Back in 2015, I was displaced to Kyiv and after the 24th of February 2022, I spent the first very hard week here, then went to Bratislava, Slovakia, where I stayed for 3 months, before coming back home to Kyiv in June.

How are you coping with the winter and the blackouts?

Winter is always challenging for me because it’s tough to live under this cold weather, most of this time without the sun and even more so now when thanks to russian attacks we have problems with heating and electricity. Fortunately, it cannot always be winter.

As for the blackouts, I think we all pretty much got used to it. I use a hybrid work model (home/office) depending on the situation with electricity and the internet. In addition, more and more places are now getting electric generators so you can come and work for a few hours there or charge your gadgets.

Is there anything about the way the war has been covered in the West that you find problematic and / or is there anything you wish the West would stop asking or should indeed ask?

The West should definitely stop asking Ukraine to sit down and negotiate for peace with russia. They are terrorists and should be treated as such. What we need from the West is solidarity and continuous help to win this war as soon as possible.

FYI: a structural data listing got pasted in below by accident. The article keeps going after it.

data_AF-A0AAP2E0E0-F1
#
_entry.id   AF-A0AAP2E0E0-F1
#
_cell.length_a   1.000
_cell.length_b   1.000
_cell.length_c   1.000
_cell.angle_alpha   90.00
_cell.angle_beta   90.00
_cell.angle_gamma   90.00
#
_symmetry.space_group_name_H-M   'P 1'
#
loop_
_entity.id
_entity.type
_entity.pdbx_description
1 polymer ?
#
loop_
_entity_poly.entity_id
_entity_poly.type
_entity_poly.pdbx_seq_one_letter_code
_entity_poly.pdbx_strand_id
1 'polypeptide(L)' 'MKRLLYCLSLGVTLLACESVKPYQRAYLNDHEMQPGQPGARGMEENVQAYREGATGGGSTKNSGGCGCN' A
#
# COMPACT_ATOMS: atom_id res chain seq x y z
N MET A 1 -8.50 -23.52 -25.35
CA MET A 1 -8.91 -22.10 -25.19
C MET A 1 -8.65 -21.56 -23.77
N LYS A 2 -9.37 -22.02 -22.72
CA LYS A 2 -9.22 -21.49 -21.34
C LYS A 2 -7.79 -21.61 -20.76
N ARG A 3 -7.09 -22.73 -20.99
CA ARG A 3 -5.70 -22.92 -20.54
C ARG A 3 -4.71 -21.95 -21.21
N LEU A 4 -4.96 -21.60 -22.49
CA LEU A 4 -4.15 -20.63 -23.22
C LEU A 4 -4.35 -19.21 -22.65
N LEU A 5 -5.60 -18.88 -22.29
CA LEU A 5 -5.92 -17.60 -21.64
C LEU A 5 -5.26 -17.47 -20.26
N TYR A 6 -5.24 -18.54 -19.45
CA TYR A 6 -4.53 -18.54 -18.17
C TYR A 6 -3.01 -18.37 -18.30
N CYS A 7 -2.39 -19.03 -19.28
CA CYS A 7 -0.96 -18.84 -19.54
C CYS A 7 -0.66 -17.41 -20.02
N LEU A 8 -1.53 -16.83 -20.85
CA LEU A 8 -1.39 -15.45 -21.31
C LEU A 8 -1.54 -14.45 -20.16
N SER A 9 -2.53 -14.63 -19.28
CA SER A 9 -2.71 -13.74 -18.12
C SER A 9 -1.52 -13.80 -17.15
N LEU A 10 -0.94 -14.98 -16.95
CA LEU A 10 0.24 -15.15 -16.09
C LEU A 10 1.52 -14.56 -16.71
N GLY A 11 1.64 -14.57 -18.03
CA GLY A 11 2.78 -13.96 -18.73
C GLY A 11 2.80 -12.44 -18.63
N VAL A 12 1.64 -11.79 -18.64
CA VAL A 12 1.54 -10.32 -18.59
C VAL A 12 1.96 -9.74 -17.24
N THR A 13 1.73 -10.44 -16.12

Also, I would like to remind them that the war started not in 2022, but in 2014 with the occupation of Crimea and parts of Donetsk and Luhansk regions by russians.

Has the full-scale war influenced the language you speak on a daily basis?

Oh, for sure. I grew up in a russian-speaking family, and the majority of the people in my hometown were russian-speaking as well, as the result of the soviet colonization politics and massive labor migration from russia. From an early age I knew both russian and Ukrainian but was speaking russian in everyday life. After moving to Kyiv, there were often times when I would switch to Ukrainian while talking to someone but continued to speak russian on a daily basis out of the habit of so many years.

The full-scale invasion has changed a lot. I do not use russian in public or on social media anymore. I still use it sometimes with some friends or my parents in private, especially if they speak to me in russian first, so there is still work in progress but it will get better.